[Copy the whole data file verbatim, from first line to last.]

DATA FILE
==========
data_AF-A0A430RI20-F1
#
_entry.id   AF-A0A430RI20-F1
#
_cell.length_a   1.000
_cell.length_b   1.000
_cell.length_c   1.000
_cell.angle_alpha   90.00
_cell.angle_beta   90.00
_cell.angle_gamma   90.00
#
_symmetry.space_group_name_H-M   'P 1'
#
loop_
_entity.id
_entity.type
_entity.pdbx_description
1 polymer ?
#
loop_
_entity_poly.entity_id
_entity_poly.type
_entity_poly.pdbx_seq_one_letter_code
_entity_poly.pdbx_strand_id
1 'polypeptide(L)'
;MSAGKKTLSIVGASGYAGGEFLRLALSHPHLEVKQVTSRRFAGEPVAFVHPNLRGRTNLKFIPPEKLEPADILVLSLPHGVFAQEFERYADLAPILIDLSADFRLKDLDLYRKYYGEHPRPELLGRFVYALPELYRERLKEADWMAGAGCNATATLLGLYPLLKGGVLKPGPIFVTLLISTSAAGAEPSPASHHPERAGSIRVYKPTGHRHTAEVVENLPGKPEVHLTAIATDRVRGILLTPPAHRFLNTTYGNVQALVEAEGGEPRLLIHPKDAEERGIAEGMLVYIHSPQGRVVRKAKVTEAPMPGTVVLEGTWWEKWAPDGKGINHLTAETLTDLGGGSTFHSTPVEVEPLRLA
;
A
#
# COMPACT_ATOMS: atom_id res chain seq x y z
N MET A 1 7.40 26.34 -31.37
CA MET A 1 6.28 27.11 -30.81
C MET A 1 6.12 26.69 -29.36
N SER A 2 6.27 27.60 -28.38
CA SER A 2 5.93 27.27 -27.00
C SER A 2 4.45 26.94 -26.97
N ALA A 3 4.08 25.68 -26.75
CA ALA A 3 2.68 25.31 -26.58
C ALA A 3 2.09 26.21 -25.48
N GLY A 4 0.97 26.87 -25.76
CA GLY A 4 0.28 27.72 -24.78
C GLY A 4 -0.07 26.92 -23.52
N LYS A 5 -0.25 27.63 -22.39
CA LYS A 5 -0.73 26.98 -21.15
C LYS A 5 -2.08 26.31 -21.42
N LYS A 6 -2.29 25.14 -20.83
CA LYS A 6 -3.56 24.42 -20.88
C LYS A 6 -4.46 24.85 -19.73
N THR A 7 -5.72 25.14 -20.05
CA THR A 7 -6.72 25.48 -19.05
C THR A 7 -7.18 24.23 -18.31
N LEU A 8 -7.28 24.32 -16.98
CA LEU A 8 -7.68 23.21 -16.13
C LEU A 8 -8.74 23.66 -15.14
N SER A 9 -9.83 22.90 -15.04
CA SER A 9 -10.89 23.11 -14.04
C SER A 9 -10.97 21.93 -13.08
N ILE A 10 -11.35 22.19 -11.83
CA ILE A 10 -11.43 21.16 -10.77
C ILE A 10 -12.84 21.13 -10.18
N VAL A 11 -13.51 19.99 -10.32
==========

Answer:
data_AF-A0A430RI20-F1
#
_entry.id   AF-A0A430RI20-F1
#
_cell.length_a   1.000
_cell.length_b   1.000
_cell.length_c   1.000
_cell.angle_alpha   90.00
_cell.angle_beta   90.00
_cell.angle_gamma   90.00
#
_symmetry.space_group_name_H-M   'P 1'
#
loop_
_entity.id
_entity.type
_entity.pdbx_description
1 polymer ?
#
loop_
_entity_poly.entity_id
_entity_poly.type
_entity_poly.pdbx_seq_one_letter_code
_entity_poly.pdbx_strand_id
1 'polypeptide(L)'
;MSAGKKTLSIVGASGYAGGEFLRLALSHPHLEVKQVTSRRFAGEPVAFVHPNLRGRTNLKFIPPEKLEPADILVLSLPHGVFAQEFERYADLAPILIDLSADFRLKDLDLYRKYYGEHPRPELLGRFVYALPELYRERLKEADWMAGAGCNATATLLGLYPLLKGGVLKPGPIFVTLLISTSAAGAEPSPASHHPERAGSIRVYKPTGHRHTAEVVENLPGKPEVHLTAIATDRVRGILLTPPAHRFLNTTYGNVQALVEAEGGEPRLLIHPKDAEERGIAEGMLVYIHSPQGRVVRKAKVTEAPMPGTVVLEGTWWEKWAPDGKGINHLTAETLTDLGGGSTFHSTPVEVEPLRLA
;
A
#
# COMPACT_ATOMS: atom_id res chain seq x y z
N MET A 1 7.40 26.34 -31.37
CA MET A 1 6.28 27.11 -30.81
C MET A 1 6.12 26.69 -29.36
N SER A 2 6.27 27.60 -28.38
CA SER A 2 5.93 27.27 -27.00
C SER A 2 4.45 26.94 -26.97
N ALA A 3 4.08 25.68 -26.75
CA ALA A 3 2.68 25.31 -26.58
C ALA A 3 2.09 26.21 -25.48
N GLY A 4 0.97 26.87 -25.76
CA GLY A 4 0.28 27.72 -24.78
C GLY A 4 -0.07 26.92 -23.52
N LYS A 5 -0.25 27.63 -22.39
CA LYS A 5 -0.73 26.98 -21.15
C LYS A 5 -2.08 26.31 -21.42
N LYS A 6 -2.29 25.14 -20.83
CA LYS A 6 -3.56 24.42 -20.88
C LYS A 6 -4.46 24.85 -19.73
N THR A 7 -5.72 25.14 -20.05
CA THR A 7 -6.72 25.48 -19.05
C THR A 7 -7.18 24.23 -18.31
N LEU A 8 -7.28 24.32 -16.98
CA LEU A 8 -7.68 23.21 -16.13
C LEU A 8 -8.74 23.66 -15.14
N SER A 9 -9.83 22.90 -15.04
CA SER A 9 -10.89 23.11 -14.04
C SER A 9 -10.97 21.93 -13.08
N ILE A 10 -11.35 22.19 -11.83
CA ILE A 10 -11.43 21.16 -10.77
C ILE A 10 -12.84 21.13 -10.18
N VAL A 11 -13.51 19.99 -10.32